> imagine it's two-dimensional vector synthesis like a Prophet VS. one
> dimension is some other timbre parameter with a minimum and a maximum
> (no wrap around).
> so, in the other dimension, imagine having say, 6 identical wavetables
> except the 2nd harmonic is offset by 60 degrees in phase between
> adjacent wavetable vector points in that dimension. all other
> harmonics are exactly the same. so as you crossfade from wavetable 0
> to 1, that 2nd harmonic advances 60 degrees, as you crossfade from
> wavetable 1 to 2, the 2nd harmonic advances another 60 degrees.
> wavetable 6 and wavetable 0 are exactly the same. as you crossfade
> from wavetable 5 to 6 you're advancing the final 60 degrees back to
> the original phase of wavetable 0.
That makes sense, I'll have to try it. Six wavetables for the detuned
partial seems like a good number, and I can see that you would not want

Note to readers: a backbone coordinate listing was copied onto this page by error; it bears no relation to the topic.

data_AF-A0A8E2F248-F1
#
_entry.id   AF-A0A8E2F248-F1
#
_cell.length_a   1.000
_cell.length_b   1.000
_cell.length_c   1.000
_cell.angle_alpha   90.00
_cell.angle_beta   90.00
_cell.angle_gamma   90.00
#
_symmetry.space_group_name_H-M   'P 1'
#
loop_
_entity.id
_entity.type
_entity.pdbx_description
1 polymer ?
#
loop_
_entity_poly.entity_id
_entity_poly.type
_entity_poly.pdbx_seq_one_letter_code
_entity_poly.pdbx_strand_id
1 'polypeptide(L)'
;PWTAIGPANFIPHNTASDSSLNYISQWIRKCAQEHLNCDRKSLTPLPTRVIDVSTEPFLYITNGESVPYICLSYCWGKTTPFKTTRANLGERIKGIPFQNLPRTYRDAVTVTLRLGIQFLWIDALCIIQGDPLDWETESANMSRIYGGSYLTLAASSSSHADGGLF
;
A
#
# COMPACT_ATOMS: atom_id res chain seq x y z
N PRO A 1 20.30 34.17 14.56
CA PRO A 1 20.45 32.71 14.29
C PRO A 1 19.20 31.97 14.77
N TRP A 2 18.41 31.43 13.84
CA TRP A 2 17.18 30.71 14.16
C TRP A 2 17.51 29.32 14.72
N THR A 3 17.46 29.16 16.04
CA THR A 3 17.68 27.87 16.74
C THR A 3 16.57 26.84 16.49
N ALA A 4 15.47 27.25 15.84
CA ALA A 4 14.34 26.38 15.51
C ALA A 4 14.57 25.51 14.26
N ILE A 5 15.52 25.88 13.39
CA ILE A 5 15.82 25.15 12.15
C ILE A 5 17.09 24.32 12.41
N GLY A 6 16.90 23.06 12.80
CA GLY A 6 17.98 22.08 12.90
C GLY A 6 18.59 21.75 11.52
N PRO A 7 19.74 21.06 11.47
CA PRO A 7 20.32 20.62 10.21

too few of them. But what's the reasoning behind how many to use?
> now, if all of the other harmonics remain the same phase for all 6
> wavetables, moving around between them does not detune those
> harmonics. but if you go around that circle (in the positive
> direction) one complete loop, the 2nd harmonic made one more cycle
> than it would have otherwise if the vector location was stationary.
> if you whip around that loop 50 times per second, the 2nd harmonic
> will be detuned higher by 50 Hz. if you whip around that loop in the
> opposite direction, you will be detuning that 2nd harmonic lower in
> the application where this might be useful might be with piano tones
> or some other natural instrument with sharpened higher harmonics (like
> above the 9th or 12th harmonic). it's a different (and cheaper) way
> of doing it than employing what they call "group additive synthesis"
> where the higher harmonics are put into a different set of wavetables
> and run in a different wavetable oscillator that runs at a slightly
> sharp fundamental.
On the other hand, I find group additive synthesis conceptually simpler
when dealing with inharmonic partials.
What is the maximum detuning a partial can have with the wavetable
method? Intuitively I would guess it's the same as the fundamental
frequency, so the harmonic k could be tuned down to (k-1) or up to (k+1)
at most, is that right?
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